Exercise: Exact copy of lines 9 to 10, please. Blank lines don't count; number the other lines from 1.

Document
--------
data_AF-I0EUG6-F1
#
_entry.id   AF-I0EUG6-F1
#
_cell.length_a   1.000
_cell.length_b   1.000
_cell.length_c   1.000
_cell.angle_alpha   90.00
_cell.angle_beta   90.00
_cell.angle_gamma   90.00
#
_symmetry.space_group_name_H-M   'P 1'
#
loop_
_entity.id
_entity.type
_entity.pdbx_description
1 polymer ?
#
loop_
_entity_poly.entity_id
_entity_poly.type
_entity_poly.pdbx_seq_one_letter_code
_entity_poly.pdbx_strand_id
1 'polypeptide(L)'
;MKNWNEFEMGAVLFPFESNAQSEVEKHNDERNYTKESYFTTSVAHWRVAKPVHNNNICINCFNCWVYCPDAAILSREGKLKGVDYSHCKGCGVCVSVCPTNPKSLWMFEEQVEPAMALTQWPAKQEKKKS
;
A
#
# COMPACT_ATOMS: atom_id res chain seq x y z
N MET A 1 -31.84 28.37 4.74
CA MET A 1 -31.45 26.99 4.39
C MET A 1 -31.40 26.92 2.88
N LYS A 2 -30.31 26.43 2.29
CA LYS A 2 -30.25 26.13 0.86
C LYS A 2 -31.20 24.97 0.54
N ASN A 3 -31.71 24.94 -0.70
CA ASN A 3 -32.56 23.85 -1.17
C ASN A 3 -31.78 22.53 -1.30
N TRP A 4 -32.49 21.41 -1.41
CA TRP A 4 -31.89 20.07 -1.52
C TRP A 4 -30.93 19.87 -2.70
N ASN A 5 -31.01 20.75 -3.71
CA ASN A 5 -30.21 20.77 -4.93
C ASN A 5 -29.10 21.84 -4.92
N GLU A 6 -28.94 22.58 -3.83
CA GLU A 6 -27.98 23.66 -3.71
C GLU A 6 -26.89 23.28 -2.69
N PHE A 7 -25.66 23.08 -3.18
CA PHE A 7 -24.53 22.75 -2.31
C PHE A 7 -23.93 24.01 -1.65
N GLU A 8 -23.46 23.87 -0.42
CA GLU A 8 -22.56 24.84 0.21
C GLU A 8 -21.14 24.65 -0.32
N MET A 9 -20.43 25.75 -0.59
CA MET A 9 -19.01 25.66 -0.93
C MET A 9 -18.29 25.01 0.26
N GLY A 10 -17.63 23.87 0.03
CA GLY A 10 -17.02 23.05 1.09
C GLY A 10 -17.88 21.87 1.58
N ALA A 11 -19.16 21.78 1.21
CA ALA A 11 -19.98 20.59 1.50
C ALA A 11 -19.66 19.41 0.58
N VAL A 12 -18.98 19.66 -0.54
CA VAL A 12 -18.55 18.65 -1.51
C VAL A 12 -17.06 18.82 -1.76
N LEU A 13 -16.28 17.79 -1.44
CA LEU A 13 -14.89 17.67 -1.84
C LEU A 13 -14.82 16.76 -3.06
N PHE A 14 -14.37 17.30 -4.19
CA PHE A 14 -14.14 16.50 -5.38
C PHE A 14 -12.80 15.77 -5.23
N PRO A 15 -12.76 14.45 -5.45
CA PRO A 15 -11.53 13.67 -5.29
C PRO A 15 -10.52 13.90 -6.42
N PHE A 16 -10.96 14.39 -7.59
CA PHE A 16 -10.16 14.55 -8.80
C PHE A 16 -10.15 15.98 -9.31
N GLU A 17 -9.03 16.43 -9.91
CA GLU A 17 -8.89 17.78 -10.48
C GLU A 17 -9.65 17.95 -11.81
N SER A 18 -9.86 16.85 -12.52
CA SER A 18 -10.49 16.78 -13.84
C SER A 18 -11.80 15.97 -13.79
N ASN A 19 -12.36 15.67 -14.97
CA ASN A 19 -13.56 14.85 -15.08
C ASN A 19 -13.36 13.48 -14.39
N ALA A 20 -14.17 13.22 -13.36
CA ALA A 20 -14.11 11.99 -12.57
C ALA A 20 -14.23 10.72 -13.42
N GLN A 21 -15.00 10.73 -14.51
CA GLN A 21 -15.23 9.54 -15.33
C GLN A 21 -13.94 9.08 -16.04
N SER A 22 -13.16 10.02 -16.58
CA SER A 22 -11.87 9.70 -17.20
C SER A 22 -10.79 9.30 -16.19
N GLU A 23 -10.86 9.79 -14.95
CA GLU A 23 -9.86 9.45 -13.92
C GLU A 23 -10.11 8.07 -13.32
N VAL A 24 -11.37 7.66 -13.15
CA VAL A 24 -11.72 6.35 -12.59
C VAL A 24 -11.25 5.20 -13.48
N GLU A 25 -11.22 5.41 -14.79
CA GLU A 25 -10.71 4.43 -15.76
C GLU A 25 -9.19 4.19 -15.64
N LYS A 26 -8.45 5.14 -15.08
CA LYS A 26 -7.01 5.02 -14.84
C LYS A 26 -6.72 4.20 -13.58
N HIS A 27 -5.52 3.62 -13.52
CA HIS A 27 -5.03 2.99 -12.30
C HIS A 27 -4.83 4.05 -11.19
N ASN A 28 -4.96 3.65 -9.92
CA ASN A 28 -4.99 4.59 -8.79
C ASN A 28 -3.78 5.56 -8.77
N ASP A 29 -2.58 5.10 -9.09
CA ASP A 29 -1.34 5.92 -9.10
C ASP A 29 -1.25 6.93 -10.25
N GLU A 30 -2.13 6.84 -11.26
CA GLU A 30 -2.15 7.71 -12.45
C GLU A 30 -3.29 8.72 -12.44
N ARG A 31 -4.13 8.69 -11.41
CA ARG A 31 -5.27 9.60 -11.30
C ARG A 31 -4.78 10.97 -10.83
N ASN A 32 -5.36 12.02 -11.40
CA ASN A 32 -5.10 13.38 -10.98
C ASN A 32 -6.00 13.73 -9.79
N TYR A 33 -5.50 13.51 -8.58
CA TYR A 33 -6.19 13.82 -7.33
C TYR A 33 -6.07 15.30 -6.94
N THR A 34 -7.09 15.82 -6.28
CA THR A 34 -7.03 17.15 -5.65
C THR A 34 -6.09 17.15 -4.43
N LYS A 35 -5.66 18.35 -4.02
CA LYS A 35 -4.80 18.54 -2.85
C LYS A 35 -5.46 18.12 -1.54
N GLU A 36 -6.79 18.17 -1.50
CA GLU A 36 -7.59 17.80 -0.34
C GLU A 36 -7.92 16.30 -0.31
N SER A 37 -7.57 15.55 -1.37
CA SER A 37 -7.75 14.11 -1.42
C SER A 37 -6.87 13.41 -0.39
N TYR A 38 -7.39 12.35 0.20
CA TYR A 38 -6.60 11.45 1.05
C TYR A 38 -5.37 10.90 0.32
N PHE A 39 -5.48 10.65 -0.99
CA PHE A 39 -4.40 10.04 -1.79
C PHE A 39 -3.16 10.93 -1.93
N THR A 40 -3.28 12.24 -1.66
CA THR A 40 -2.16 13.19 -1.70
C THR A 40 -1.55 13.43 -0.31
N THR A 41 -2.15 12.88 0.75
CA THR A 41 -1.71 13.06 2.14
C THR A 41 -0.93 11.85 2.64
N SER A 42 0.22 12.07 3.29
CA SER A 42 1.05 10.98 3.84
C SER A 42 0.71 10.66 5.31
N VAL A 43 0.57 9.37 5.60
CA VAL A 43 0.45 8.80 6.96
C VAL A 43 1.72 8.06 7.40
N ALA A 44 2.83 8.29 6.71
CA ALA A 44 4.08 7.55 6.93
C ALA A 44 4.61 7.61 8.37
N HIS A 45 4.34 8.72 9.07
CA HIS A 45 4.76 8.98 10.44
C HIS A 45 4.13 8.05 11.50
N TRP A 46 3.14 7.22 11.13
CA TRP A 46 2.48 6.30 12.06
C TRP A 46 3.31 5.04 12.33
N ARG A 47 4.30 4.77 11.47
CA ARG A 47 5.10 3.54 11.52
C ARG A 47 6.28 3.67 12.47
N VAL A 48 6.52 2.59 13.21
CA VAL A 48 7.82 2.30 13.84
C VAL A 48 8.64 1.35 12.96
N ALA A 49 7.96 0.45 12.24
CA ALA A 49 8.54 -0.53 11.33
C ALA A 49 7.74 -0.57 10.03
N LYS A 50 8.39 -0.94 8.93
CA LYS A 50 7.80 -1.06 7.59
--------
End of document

_cell.angle_beta   90.00
_cell.angle_gamma   90.00